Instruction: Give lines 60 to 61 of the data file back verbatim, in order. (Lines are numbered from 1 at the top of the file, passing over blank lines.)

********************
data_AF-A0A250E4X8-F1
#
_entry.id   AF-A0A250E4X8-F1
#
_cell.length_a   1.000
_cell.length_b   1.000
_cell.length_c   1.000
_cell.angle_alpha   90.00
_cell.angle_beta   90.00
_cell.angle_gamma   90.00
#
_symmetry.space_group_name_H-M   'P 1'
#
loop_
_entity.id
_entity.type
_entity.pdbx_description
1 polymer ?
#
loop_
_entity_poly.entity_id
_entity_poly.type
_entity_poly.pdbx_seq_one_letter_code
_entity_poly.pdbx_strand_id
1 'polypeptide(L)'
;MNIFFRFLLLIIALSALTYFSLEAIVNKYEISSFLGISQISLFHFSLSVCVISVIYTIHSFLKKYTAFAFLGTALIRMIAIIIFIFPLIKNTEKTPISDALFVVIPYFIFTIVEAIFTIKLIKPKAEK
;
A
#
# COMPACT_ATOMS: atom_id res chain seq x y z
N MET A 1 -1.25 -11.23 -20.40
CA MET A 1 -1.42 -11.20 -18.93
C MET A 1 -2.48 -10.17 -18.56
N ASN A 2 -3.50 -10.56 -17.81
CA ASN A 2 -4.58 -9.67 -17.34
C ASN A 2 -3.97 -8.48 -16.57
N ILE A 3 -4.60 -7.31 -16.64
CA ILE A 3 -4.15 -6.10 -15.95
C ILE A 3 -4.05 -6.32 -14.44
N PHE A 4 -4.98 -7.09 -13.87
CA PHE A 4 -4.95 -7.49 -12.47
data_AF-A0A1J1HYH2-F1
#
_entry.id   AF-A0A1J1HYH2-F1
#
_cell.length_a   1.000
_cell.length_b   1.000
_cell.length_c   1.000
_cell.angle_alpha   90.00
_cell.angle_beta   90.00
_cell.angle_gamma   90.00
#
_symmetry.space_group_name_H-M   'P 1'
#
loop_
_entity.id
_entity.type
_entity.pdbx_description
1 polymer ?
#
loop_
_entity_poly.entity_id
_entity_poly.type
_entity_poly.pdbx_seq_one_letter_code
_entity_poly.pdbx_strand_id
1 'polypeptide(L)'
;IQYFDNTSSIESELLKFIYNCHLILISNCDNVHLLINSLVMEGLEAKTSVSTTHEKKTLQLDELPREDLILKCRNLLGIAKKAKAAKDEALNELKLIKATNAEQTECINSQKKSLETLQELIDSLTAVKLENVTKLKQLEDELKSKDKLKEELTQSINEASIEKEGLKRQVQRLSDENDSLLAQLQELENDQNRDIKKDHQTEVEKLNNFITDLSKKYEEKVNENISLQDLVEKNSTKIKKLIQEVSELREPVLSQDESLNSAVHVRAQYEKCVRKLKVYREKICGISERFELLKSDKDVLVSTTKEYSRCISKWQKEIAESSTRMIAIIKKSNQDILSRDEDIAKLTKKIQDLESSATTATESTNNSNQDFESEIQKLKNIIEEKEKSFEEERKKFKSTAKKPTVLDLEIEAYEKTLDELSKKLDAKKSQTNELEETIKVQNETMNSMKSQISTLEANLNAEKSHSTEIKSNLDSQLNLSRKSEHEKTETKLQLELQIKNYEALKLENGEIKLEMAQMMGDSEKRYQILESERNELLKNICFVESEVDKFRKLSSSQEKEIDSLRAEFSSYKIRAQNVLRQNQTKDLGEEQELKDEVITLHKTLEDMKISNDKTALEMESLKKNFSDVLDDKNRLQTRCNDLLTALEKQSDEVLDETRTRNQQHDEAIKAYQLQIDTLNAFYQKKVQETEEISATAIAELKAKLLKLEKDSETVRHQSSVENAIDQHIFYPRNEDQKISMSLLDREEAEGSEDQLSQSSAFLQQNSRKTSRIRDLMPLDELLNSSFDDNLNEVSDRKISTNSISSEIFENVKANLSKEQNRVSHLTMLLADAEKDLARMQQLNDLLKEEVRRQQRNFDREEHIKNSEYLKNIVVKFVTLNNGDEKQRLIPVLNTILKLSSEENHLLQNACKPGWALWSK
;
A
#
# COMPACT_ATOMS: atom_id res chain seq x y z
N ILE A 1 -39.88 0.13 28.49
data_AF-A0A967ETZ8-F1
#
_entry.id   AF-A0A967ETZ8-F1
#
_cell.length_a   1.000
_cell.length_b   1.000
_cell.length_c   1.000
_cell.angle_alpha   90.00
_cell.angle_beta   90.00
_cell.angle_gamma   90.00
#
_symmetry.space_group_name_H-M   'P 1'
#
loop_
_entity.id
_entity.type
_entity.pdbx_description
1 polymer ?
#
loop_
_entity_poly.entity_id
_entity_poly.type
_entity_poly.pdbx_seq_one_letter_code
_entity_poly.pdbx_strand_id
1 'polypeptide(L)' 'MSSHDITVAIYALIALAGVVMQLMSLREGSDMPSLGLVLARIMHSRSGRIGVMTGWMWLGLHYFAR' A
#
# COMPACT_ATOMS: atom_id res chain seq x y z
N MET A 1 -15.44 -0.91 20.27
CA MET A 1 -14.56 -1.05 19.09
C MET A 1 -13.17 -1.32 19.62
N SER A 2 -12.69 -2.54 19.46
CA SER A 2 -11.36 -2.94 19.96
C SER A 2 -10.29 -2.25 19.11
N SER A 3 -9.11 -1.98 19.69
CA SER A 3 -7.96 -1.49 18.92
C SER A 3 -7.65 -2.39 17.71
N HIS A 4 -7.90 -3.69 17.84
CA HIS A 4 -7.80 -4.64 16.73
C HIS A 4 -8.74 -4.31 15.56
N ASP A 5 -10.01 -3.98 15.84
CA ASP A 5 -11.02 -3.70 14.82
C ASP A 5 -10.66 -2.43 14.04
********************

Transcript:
#
loop_